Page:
3. Novelty (Article 54(1) (2) EPC) of claim 1
Figure 2 of D1 shows separate monitoring systems 40 and 50 for the respective up and down transmission systems, each monitoring system including a single bandpass filter (6-1 or 6-2) and monitoring a separate optical amplifier (1-1 or 1-2). It is in the board's view not appropriate to consider the D1 filters 6-1 and 6-2 as a "plurality of band pass filters" since filters 6-1 and 6-2 are associated with different monitoring systems whereas the plurality of filters according to claim 1 is comprised in one and the same monitoring system. Thus, the board concludes that the subject-matter of claim 1 is novel with regard to D1.
Novelty with regard to D2 was not at issue in the decision under appeal, and the board is satisfied that D2 is not relevant as regards the novelty of claim 1.
4. Inventive step (Article 56 EPC) of claim 1
The apparatus according to claim 1 differs from the system shown in figure 2 of D1 in the provision of a plurality of bandpass filters, tuned to the respective frequencies of the tones modulated upon the plurality of channels, the provision of means for determining a performance parameter for each of the multiplexed channels, and the provision of means for transmitting the performance parameters to a remote maintenance station.
The skilled person, faced with the problem of monitoring an optical amplifier for a WDM signal can in the board's view be expected to follow the teaching of D1 and measure the SNR for each channel in the WDM signal.
While the SNR for a single wavelength optical signal can be conveniently measured in the system of figure 2 of D1 by comparing the signal component to the total optical power, the SNR cannot be measured in the same way for a channel in a WDM signal as the levels of all channels contribute to the total power, so that the result of the comparison for one channel will depend on the level of the other channels. For this reason a person skilled in the art would not consider the apparatus in figure 2 of D1 appropriate for measuring the SNR of each channel in a WDM signal and thus not appropriate for monitoring the performance of an optical amplifier for WDM signals.
Document D2 does not offer a solution to the above-mentioned problem. The board's understanding of paragraph  of this document is that for monitoring purposes two or more tones are extracted together using a broadband filter 22. In the board's opinion this teaching leads the skilled person towards monitoring the sum of levels of plural or all channels and thus leads away from monitoring each channel individually.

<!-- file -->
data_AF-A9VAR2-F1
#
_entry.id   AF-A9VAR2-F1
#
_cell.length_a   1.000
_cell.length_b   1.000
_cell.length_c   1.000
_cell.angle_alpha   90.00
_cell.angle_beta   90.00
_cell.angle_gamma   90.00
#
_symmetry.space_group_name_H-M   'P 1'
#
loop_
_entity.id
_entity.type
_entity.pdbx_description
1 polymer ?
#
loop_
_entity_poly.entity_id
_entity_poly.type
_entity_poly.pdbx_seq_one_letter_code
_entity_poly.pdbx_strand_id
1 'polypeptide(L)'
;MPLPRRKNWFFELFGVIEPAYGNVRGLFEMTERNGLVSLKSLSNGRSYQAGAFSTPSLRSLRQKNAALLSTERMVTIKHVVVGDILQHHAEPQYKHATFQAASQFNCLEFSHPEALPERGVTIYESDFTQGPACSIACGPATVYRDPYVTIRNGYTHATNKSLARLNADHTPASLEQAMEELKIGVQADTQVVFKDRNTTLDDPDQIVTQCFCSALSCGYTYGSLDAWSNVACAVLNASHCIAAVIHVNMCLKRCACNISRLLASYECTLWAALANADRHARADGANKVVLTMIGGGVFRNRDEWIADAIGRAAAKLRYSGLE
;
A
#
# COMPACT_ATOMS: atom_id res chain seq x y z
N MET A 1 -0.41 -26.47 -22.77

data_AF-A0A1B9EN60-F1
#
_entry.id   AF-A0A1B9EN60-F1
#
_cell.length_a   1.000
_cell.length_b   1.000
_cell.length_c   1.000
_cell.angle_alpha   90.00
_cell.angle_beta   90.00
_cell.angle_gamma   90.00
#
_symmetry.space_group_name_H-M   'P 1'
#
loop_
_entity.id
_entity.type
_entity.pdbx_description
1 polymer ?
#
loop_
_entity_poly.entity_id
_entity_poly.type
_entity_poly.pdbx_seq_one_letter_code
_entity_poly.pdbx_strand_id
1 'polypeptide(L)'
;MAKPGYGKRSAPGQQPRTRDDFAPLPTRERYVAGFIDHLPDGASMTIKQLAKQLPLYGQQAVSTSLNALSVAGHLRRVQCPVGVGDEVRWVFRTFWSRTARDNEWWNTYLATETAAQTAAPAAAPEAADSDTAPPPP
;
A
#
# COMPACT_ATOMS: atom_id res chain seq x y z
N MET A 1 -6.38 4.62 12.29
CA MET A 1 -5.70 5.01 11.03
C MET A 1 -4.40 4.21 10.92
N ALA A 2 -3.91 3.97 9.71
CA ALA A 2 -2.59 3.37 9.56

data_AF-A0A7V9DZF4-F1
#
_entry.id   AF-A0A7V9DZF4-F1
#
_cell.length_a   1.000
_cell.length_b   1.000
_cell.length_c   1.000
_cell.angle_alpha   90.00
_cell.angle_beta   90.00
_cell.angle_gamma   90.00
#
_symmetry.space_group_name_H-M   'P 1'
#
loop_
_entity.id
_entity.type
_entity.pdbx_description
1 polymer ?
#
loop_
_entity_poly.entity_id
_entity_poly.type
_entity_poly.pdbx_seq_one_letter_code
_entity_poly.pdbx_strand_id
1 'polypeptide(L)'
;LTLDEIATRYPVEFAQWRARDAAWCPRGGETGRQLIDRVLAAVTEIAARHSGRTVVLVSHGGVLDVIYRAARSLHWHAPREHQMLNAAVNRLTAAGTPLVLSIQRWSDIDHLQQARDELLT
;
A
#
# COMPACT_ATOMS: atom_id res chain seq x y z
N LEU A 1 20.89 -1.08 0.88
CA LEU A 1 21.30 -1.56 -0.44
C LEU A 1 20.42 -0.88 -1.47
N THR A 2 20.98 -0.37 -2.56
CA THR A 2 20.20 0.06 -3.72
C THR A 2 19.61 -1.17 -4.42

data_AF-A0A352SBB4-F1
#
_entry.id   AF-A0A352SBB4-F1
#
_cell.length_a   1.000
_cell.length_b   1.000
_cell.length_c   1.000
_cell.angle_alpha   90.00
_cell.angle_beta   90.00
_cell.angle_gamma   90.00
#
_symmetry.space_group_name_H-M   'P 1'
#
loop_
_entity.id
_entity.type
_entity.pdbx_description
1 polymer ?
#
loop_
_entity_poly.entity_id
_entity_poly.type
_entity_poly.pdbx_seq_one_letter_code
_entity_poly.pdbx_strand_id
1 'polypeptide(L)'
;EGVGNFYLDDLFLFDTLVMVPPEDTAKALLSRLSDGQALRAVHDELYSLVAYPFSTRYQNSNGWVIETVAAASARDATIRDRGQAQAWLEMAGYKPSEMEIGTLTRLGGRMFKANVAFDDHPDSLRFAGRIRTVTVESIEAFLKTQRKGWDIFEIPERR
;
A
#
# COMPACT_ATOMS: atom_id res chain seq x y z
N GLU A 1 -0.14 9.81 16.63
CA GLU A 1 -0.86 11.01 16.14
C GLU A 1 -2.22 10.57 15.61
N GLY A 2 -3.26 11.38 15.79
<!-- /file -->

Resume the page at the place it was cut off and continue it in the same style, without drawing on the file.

On the other hand, as discussed in the application at page 5, lines 21 to 22, a change in the performance of an optical amplifier is reflected in the change of the ratio of the tone levels to the total power, from which the application concludes that for the purpose of monitoring it is advantageous to compare the level of each channel with the total power, rather than to measure the SNR for each channel. The board cannot find this teaching in the prior art at its disposal and accordingly concludes that it is only with the benefit of hindsight that a person skilled in the art would determine a performance parameter as specified in the third feature of claim 1 for monitoring the performance of an optical amplifier amplifying a WDM signal.
From the above it follows that a person skilled in the art would not, without the benefit of hindsight, arrive at the apparatus of claim 1 when considering the teaching of D1 on its own or in combination with D2. The board therefore concludes that the subject-matter of claim 1 is not rendered obvious by the disclosure of D1 and D2 either considered separately or together.
The above applies, mutatis mutandis, to independent claim 2 which relates to a method having method steps corresponding to the structural features of claim 1.
5. Since the amended claims overcome the grounds for refusal given in the impugned decision the board considers it appropriate to remit the case pursuant to Article 111(1) EPC to the department of first instance for further prosecution.
For these reasons it is decided that:
1. The decision under appeal is set aside.
2. The case is remitted to the department of first instance for further prosecution on the basis of claims 1 to 11 as filed in the oral proceedings before the board.